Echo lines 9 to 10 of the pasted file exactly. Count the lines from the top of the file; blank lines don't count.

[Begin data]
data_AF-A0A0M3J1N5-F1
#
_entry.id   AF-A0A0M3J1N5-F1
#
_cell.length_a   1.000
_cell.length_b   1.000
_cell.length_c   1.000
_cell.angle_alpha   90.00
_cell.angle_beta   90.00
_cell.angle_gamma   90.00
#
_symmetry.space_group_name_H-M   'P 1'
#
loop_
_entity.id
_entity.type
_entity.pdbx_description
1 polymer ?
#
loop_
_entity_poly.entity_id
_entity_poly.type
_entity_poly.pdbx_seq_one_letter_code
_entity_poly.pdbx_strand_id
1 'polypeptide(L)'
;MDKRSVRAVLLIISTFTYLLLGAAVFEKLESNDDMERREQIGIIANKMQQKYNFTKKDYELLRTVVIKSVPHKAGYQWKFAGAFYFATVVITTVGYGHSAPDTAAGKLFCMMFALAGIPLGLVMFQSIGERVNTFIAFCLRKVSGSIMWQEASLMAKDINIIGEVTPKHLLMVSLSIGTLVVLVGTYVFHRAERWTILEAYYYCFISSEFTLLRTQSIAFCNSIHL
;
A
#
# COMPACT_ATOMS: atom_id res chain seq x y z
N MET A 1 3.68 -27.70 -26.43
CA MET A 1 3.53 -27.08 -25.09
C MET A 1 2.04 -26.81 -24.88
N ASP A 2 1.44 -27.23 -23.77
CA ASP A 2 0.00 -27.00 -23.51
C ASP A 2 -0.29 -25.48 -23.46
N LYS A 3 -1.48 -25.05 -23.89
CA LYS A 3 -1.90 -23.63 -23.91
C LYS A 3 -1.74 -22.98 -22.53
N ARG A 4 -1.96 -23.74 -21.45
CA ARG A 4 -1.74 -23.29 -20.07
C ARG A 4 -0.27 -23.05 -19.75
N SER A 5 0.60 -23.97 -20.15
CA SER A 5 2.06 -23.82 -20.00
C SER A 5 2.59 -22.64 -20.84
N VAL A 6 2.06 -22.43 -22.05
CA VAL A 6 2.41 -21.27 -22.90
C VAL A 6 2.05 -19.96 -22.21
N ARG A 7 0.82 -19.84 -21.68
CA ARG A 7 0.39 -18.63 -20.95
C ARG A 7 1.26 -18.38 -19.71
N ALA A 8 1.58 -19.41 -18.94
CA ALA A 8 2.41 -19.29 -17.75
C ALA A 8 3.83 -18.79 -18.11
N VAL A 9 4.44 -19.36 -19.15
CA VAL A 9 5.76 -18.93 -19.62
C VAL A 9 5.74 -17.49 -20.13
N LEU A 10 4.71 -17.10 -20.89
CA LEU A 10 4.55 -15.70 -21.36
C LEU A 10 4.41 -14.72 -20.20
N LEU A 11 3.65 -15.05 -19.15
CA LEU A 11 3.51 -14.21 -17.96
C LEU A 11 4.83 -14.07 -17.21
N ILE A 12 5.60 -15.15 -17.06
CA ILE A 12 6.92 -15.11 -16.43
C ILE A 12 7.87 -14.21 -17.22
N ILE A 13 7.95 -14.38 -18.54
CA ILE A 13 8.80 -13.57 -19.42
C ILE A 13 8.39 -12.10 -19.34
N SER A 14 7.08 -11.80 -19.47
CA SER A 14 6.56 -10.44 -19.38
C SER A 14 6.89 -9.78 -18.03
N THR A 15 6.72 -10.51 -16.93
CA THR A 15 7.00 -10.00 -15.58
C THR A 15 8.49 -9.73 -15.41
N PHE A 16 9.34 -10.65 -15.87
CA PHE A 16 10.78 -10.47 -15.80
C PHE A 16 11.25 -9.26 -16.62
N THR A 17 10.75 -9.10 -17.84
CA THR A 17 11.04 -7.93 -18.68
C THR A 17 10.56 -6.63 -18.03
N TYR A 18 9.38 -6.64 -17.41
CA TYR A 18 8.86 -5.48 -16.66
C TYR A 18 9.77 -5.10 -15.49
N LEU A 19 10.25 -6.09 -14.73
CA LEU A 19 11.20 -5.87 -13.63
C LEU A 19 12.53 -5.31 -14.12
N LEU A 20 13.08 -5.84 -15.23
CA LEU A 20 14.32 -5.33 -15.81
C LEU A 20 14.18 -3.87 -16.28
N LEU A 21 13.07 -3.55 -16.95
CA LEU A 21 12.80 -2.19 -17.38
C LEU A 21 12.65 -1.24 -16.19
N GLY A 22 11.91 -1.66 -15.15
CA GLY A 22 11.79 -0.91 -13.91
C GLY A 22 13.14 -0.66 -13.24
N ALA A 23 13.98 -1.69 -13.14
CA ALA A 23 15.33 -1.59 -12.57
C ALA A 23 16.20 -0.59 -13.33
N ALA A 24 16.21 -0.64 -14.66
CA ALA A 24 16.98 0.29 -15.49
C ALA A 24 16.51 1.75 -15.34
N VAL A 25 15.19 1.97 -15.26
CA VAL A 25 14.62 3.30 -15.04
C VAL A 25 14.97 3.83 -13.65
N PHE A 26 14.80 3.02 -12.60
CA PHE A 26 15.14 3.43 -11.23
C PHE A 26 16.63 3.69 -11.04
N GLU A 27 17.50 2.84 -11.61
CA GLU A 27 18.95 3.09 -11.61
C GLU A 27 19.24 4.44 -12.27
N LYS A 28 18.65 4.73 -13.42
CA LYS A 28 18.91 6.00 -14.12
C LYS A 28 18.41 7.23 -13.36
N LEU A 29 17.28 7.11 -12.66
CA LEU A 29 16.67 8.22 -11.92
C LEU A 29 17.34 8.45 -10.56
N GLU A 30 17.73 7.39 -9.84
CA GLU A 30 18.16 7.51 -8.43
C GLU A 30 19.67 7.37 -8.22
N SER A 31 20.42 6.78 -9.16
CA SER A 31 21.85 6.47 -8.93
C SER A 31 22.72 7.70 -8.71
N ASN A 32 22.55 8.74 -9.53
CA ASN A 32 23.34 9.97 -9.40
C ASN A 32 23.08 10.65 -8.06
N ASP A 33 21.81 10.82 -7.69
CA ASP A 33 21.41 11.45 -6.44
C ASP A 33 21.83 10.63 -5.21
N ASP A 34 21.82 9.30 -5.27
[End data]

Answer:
_cell.angle_beta   90.00
_cell.angle_gamma   90.00